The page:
Guiding boards. Growing business.

Busting Three Myths about Women on Boards

In the realm of corporate governance, the topic of gender diversity on boards of directors continues to stir debate and garner attention. It is something that we as Sirdar are actively engaged in and passionate about supporting – what we define as “diversity of thought” in the boardroom. 

While progress has been made in recent years towards achieving greater gender equality in boardrooms, several persistent myths still cloud the discussion.

Three prevalent myths about having women on boards persist despite evidence suggesting otherwise:

  • “Women lack the qualifications and experience for board positions.” This myth stems from outdated perceptions of women’s capabilities in leadership roles. However, numerous studies have shown that women possess the necessary skills, expertise, and qualifications to excel on boards. We are finding more women are specialising in traditionally male-dominated sectors such as engineering and information technology. Women bring unique perspectives, insights, and expertise to the table, enriching boardroom discussions and decision-making processes. Furthermore, research indicates that diverse boards, including those with gender diversity, tend to outperform homogenous ones.  
  • “Women aren’t interested in serving on boards.” Contrary to this belief, many qualified women are eager to contribute their talents and expertise in boardrooms. Sirdar’s global network of active and aspiring directors receives significant interest from women interested in adding value at board level, utilising their extensive business and industry experience to bring a fresh drive and perspective into this space. The issue often lies not in a lack of interest but rather in systemic barriers that hinder women’s access to board positions. Addressing these barriers, such as biased selection processes and limited networking opportunities, is crucial for creating more inclusive boardrooms. Initiatives promoting mentorship, sponsorship, and leadership development for women can help to cultivate a pipeline of board-ready female candidates.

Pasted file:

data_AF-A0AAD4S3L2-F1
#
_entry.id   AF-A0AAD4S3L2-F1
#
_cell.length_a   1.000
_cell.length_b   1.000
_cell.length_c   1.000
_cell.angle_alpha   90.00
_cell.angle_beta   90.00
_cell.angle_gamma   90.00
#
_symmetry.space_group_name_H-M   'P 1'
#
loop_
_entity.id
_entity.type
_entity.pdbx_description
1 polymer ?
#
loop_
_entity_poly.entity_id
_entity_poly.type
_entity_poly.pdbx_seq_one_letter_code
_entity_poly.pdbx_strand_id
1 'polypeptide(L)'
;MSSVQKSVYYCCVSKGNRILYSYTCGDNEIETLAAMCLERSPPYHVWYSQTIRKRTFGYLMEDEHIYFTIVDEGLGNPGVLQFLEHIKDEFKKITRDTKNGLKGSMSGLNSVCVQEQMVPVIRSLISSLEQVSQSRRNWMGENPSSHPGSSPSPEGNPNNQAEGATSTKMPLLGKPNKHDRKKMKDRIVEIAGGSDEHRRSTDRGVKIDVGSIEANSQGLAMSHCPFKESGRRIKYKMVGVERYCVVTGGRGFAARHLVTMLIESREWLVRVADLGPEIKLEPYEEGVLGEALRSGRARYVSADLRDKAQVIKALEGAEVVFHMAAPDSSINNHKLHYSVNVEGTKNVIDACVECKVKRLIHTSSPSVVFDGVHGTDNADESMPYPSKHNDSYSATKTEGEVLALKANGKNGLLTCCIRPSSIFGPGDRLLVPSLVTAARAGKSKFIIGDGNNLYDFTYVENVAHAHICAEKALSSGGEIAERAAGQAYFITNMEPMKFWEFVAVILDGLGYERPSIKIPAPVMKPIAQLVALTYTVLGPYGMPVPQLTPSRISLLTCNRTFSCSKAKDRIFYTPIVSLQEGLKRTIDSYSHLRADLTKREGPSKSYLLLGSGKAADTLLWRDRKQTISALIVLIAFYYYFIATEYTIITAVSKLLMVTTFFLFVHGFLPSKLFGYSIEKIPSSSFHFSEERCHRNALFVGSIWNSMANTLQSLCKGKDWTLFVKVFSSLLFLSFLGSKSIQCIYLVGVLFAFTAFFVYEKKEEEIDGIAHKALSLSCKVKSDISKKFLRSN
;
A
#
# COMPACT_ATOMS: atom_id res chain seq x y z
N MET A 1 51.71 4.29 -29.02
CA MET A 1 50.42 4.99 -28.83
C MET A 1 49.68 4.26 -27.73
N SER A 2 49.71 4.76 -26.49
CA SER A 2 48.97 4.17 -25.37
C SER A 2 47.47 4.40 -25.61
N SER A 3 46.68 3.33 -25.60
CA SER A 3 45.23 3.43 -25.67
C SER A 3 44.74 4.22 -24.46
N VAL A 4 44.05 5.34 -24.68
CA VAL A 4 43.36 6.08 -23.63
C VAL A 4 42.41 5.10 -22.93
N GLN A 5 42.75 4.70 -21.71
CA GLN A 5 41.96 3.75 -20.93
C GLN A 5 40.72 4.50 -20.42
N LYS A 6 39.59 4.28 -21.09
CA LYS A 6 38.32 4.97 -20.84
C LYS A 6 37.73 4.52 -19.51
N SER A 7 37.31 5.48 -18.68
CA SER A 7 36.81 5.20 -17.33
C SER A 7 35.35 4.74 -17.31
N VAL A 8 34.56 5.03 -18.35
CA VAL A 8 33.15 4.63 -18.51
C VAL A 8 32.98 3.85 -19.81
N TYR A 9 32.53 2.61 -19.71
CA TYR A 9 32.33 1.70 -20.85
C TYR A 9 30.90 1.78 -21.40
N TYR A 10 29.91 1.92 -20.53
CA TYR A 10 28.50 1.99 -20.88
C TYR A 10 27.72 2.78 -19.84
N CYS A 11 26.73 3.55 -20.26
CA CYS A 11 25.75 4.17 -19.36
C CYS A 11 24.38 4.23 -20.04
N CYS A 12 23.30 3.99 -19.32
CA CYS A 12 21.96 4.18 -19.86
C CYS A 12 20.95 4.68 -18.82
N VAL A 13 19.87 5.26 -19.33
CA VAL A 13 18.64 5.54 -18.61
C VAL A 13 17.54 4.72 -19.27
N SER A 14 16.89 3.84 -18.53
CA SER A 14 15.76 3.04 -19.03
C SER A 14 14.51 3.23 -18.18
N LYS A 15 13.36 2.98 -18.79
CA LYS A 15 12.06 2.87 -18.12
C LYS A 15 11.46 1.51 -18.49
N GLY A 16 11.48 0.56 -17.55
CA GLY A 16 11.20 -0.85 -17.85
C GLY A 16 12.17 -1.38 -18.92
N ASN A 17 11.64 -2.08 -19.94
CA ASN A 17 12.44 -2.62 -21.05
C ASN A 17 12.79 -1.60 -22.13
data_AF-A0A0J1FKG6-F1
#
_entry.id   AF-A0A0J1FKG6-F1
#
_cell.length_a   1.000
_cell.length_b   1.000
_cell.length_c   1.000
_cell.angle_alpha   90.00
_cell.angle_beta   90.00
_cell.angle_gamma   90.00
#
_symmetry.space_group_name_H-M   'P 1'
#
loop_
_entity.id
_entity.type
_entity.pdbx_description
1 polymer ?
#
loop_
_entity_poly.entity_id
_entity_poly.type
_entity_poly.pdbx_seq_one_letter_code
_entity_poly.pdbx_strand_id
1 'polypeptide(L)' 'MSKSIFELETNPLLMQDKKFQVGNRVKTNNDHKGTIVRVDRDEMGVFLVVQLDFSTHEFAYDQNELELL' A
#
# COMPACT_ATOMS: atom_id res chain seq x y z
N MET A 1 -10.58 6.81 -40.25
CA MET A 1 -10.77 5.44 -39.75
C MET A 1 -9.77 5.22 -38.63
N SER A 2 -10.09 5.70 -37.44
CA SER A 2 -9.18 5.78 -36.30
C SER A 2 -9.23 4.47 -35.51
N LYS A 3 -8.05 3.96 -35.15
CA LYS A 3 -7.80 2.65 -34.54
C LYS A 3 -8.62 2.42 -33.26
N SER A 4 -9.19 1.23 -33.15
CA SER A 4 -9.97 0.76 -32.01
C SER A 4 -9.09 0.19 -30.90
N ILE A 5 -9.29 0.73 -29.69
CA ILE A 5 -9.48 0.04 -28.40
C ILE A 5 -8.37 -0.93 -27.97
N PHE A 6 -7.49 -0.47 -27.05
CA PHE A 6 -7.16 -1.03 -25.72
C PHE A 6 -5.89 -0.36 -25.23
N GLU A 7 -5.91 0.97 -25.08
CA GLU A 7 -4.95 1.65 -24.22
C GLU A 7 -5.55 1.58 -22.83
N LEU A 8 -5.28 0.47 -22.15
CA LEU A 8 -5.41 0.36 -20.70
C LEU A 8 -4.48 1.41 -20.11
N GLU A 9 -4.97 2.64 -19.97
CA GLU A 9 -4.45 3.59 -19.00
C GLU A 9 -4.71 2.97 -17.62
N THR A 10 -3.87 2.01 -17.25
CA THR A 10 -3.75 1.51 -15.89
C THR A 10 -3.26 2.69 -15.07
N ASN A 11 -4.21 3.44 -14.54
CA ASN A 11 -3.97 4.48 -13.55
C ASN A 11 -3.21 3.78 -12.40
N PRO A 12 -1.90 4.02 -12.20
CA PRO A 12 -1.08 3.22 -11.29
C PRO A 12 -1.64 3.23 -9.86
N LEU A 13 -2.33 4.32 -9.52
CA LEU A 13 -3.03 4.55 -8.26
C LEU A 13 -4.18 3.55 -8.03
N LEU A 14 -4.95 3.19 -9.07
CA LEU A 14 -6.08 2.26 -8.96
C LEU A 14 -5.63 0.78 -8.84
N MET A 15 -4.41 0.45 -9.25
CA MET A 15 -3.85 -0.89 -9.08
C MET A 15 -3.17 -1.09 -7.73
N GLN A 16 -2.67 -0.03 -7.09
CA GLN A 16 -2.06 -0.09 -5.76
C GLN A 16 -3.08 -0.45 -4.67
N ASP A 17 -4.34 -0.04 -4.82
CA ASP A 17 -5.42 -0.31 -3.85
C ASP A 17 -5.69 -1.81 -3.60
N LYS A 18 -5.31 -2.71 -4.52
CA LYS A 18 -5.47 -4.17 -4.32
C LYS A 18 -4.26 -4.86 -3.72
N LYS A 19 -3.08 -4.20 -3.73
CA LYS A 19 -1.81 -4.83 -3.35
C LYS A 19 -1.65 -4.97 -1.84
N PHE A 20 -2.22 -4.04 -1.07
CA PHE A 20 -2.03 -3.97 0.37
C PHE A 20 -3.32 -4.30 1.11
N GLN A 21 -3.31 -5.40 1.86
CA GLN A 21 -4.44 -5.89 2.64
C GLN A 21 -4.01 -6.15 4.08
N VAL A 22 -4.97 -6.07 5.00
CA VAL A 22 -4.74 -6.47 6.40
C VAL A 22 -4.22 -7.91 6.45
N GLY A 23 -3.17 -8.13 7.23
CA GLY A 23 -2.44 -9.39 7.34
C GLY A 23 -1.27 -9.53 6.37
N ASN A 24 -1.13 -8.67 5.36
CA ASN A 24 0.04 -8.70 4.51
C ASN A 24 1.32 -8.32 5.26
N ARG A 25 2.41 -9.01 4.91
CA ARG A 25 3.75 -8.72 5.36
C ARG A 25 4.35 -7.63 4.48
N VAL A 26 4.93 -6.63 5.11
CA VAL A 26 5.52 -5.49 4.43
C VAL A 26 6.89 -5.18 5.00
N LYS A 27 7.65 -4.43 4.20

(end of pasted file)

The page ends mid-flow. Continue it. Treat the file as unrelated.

• “Adding women to boards is just about ticking boxes for diversity quotas.” While diversity quotas and mandates have been implemented in some jurisdictions to promote gender diversity on boards, the goal extends beyond mere compliance. Diversity of thought brings about more effective decision-making, and research consistently shows that diverse boards are associated with better financial performance, enhanced innovation, and improved corporate governance. Therefore, we find that efforts to increase gender diversity are increasingly viewed as strategic business imperatives rather than merely box-ticking exercises. By harnessing the full spectrum of talent and perspectives, companies can better navigate complex challenges and capitalise on emerging opportunities.

Debunking these myths is essential for advancing gender diversity in boardrooms. Recognising and addressing the underlying barriers that perpetuate these misconceptions is crucial for creating more inclusive and effective corporate leadership structures.